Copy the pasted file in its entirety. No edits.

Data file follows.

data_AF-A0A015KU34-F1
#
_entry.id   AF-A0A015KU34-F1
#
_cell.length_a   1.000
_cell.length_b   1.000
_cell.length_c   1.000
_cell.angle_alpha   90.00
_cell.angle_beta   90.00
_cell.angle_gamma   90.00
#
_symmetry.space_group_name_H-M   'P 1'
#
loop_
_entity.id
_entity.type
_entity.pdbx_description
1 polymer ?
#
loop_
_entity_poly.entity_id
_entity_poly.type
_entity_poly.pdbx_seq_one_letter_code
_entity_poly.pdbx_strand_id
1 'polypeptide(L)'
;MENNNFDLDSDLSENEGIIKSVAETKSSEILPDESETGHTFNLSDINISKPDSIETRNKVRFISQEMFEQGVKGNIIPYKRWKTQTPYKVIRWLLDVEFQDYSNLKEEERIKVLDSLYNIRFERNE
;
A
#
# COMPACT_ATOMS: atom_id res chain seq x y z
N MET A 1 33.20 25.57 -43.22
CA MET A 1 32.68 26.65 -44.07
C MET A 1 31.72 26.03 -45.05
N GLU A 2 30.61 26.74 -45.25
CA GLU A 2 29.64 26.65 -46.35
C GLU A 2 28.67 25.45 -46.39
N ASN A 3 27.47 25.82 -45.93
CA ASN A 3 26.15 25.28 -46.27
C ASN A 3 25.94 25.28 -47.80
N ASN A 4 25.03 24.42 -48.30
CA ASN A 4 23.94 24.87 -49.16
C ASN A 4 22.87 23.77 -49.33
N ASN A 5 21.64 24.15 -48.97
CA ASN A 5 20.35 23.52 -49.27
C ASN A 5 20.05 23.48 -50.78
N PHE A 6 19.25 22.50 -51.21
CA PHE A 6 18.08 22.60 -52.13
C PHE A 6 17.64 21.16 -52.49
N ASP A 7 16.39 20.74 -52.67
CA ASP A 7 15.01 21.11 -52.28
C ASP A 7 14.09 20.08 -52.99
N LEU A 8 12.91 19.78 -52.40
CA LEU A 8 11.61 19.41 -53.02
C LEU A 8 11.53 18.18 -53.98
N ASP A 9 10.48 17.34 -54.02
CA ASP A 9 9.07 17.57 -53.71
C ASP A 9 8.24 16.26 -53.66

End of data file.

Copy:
data_AF-A0A015KU34-F1
#
_entry.id   AF-A0A015KU34-F1
#
_cell.length_a   1.000
_cell.length_b   1.000
_cell.length_c   1.000
_cell.angle_alpha   90.00
_cell.angle_beta   90.00
_cell.angle_gamma   90.00
#
_symmetry.space_group_name_H-M   'P 1'
#
loop_
_entity.id
_entity.type
_entity.pdbx_description
1 polymer ?
#
loop_
_entity_poly.entity_id
_entity_poly.type
_entity_poly.pdbx_seq_one_letter_code
_entity_poly.pdbx_strand_id
1 'polypeptide(L)'
;MENNNFDLDSDLSENEGIIKSVAETKSSEILPDESETGHTFNLSDINISKPDSIETRNKVRFISQEMFEQGVKGNIIPYKRWKTQTPYKVIRWLLDVEFQDYSNLKEEERIKVLDSLYNIRFERNE
;
A
#
# COMPACT_ATOMS: atom_id res chain seq x y z
N MET A 1 33.20 25.57 -43.22
CA MET A 1 32.68 26.65 -44.07
C MET A 1 31.72 26.03 -45.05
N GLU A 2 30.61 26.74 -45.25
CA GLU A 2 29.64 26.65 -46.35
C GLU A 2 28.67 25.45 -46.39
N ASN A 3 27.47 25.82 -45.93
CA ASN A 3 26.15 25.28 -46.27
C ASN A 3 25.94 25.28 -47.80
N ASN A 4 25.03 24.42 -48.30
CA ASN A 4 23.94 24.87 -49.16
C ASN A 4 22.87 23.77 -49.33
N ASN A 5 21.64 24.15 -48.97
CA ASN A 5 20.35 23.52 -49.27
C ASN A 5 20.05 23.48 -50.78
N PHE A 6 19.25 22.50 -51.21
CA PHE A 6 18.08 22.60 -52.13
C PHE A 6 17.64 21.16 -52.49
N ASP A 7 16.39 20.74 -52.67
CA ASP A 7 15.01 21.11 -52.28
C ASP A 7 14.09 20.08 -52.99
N LEU A 8 12.91 19.78 -52.40
CA LEU A 8 11.61 19.41 -53.02
C LEU A 8 11.53 18.18 -53.98
N ASP A 9 10.48 17.34 -54.02
CA ASP A 9 9.07 17.57 -53.71
C ASP A 9 8.24 16.26 -53.66